• Eye feeling dry and gritty – This can be relieved with dry eye drops bought at any pharmacy.

Other risks involved in the surgery and after-care process include:

  • Inflammation
  • Swelling
  • Drooping eyelid
  • Dislocation of artificial lens
  • Retinal detachment
  • Glaucoma
  • Secondary cataract
  • Loss of vision

Risks of cataract surgery in the elderly

The most common reason for the risk of cataracts is growing older when natural changes within the lens occur. Most people over the age of 65 have some changes in their lens and the majority will develop a cataract in time.

What are the cataract operation risks?

As with any eye surgery, there is a small risk of infection, blurred vision and detached retina. There is a very small risk, around one in 1,000, of permanent sight loss in the treated eye.

What is the most common complication after cataract surgery?

Potential complications include:

  • Blurred vision due to swelling of the retina. This can be treated with drops (risk 1 in 20 patients)
  • Pain – this is usually mild and can often be treated with a pain killer such as paracetamol. If you experience severe pain, this may indicate an infection or inflammation. We advise you to urgently contact your eye-care team (risk 1:50)
  • Allergic reaction to the drops (risk 1:100)
  • Drooping of your eyelid(s) (risk 1:100)
  • High pressure in the eye (risk 1:100)
  • Clouding of the cornea (risk 1:100)
  • Retinal detachment – this can occur over the subsequent five years. If the retina detaches you may notice a series of flashes followed by a shadow that creeps across the vision. Action is needed to save your vision and you should seek urgent advice (risk 1:250)
  • Infection of the eye. Despite the care we take in theatre and the antibiotics given to you following surgery, infection is still a risk. If your eye becomes painful and blurred, you should contact the hospital straight away (risk 1:1,000).

What percentage of cataract surgeries have complications?

Cataract surgery is a common procedure carried with a complication rate of roughly 2%.

Is cataract surgery worth the risk?

If left untreated cataracts can interfere with everyday life including work, driving and hobbies. Cataract surgery is a safe procedure with a low complication rate that can improve vision and quality of life.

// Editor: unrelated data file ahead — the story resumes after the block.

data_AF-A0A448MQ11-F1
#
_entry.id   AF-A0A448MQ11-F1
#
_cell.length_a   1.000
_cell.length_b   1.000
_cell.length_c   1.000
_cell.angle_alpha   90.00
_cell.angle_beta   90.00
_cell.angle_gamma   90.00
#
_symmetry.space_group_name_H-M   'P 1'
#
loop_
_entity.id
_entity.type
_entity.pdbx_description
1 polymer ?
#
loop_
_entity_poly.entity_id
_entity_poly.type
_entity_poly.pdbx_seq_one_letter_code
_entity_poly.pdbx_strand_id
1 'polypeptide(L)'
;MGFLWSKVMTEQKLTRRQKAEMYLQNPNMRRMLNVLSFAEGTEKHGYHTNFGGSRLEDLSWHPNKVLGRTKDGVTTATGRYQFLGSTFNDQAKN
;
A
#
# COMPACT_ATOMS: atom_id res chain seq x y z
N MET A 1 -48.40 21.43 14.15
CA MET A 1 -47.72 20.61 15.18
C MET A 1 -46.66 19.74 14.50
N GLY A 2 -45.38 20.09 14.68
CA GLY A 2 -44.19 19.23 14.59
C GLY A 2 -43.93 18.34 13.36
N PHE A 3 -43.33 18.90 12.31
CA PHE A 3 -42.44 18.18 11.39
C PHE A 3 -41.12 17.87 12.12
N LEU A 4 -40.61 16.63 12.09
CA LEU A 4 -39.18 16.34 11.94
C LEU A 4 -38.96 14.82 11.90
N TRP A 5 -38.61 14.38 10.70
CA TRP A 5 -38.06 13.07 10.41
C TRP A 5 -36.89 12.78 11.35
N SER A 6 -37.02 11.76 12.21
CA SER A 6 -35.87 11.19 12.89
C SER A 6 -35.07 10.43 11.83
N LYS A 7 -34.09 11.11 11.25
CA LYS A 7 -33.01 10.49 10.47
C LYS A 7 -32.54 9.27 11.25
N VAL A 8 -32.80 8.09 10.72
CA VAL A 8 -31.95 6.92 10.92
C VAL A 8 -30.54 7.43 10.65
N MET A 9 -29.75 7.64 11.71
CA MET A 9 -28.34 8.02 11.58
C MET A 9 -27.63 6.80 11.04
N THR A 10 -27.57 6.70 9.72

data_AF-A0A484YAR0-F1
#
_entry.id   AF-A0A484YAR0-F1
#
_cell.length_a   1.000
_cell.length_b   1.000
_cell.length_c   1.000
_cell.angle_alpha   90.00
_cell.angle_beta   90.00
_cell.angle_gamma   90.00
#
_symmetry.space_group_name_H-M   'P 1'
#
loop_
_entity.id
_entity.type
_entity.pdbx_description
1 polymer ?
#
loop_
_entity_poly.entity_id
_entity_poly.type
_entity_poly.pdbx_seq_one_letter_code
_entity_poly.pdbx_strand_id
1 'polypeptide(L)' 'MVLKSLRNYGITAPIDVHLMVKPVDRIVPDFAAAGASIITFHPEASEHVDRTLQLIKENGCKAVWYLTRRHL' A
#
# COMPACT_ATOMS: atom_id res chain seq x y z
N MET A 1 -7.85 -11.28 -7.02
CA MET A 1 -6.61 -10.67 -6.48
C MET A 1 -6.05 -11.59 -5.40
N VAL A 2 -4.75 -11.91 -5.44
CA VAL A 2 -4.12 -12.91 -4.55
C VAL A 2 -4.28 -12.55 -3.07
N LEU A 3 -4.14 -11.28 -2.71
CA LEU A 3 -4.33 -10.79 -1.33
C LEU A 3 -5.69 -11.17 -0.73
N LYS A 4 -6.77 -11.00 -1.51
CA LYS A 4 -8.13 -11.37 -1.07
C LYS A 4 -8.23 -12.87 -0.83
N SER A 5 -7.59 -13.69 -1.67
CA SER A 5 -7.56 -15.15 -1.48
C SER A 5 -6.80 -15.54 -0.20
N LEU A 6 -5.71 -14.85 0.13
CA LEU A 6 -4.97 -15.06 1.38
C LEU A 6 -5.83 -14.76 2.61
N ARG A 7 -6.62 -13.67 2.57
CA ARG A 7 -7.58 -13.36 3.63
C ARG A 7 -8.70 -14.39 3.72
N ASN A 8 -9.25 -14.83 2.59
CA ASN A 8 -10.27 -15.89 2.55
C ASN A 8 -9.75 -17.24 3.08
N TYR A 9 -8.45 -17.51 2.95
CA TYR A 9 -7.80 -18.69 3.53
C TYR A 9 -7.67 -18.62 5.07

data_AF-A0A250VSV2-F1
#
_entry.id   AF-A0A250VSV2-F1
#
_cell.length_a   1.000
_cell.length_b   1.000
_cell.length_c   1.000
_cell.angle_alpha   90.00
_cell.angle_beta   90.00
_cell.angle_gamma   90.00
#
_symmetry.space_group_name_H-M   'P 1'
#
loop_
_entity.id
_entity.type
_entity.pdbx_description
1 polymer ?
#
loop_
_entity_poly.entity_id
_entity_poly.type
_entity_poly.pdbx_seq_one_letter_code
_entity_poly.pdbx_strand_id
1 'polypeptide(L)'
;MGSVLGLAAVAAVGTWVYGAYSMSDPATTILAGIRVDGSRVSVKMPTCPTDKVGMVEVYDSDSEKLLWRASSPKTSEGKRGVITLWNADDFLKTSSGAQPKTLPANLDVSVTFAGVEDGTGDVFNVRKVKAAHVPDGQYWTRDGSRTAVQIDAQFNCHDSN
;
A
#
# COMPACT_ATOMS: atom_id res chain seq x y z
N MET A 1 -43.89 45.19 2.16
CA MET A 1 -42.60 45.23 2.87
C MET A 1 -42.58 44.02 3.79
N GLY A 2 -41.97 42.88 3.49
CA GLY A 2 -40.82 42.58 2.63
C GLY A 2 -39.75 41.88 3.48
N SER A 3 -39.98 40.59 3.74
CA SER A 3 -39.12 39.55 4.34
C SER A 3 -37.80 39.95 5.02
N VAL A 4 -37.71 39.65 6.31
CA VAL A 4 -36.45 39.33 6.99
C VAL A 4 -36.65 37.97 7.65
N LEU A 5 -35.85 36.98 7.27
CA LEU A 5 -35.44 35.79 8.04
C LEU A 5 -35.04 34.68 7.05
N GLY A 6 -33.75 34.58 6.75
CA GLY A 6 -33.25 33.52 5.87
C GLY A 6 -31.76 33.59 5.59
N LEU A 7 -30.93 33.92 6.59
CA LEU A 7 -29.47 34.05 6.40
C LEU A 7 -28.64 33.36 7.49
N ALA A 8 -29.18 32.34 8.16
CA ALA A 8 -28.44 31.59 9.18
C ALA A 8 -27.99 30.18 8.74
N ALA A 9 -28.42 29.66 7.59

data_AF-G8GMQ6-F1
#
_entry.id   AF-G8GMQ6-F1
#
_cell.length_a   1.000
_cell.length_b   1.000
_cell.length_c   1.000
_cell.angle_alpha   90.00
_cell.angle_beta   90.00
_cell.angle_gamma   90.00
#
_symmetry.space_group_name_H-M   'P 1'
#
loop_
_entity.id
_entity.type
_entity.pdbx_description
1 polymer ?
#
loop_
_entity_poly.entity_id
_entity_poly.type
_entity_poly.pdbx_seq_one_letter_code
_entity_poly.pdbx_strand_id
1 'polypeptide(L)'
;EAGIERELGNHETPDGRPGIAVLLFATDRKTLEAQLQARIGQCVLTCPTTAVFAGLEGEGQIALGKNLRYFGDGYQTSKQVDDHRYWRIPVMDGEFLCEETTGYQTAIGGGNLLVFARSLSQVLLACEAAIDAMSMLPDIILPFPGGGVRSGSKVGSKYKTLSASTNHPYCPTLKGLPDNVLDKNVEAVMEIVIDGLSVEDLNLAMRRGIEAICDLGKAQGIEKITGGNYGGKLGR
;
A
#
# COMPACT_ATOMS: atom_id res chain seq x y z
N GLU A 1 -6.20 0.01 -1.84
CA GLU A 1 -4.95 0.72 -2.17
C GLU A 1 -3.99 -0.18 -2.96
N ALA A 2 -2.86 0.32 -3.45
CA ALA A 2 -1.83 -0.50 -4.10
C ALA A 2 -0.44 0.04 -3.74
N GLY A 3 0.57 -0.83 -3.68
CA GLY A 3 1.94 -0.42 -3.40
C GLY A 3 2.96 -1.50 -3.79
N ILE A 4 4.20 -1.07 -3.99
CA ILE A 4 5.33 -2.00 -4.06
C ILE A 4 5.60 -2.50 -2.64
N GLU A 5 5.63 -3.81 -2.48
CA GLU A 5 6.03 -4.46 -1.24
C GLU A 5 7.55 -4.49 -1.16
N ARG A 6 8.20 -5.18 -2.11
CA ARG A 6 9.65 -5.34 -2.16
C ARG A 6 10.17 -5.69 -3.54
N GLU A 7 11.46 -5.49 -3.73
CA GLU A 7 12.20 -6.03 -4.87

Further details about cataract guidance and cataracts and eye health is available on the Practice Plus Group website.

What is the success rate of cataract surgery?

Cataract surgery is a 98% complication free operation.

How can I reduce the chance of risks and complications?

To further reduce the risk following cataract surgery you should:

  • Take it easy at home for a few days following surgery
  • Avoid strenuous effort for about one month, including lifting heavy things
  • Avoid rubbing the eye. A scratchy or gritty eye is normal after cataract surgery
  • Wear dark glasses for a few days as your eye(s) will be more sensitive to light
  • Avoid getting the eye wet
  • Take paracetamol or your usual painkillers if experiencing any discomfort such as a headache or mild pain.

When selecting a healthcare provider, check their quality rating from the Care Quality Commission (CQC). A ‘Good’ or ‘Outstanding’ CQC rating will show the provider to be safe and effective when providing treatment. For advice pre or post surgery, discuss with your eye doctor.

Teresa Anthony headshot

Acknowledgements

This article was completed with the help of Teresa Anthony, Consultant Ophthalmologist at Practice Plus Group. Dr Anthony completed her postgraduate degree in Ophthalmology in Mumbai, India. She then trained in the UK at a number of the UK’s leading NHS hospitals, obtaining the FRCS degree in Ophthalmology. Dr Anthony subsequently sub-specialised in oculoplastic surgery at Moorfields Eye Hospital, London, and is a member of the Royal College of Ophthalmologists. Over the last few years Practice Plus Group has grown its Marketing Team to include art workers, campaign and social media managers, content editors, and digital analysts. Together, they provide a responsive and comprehensive service, ensuring all content is on-brand and in-line with relevant medical guidelines.
View profile

Share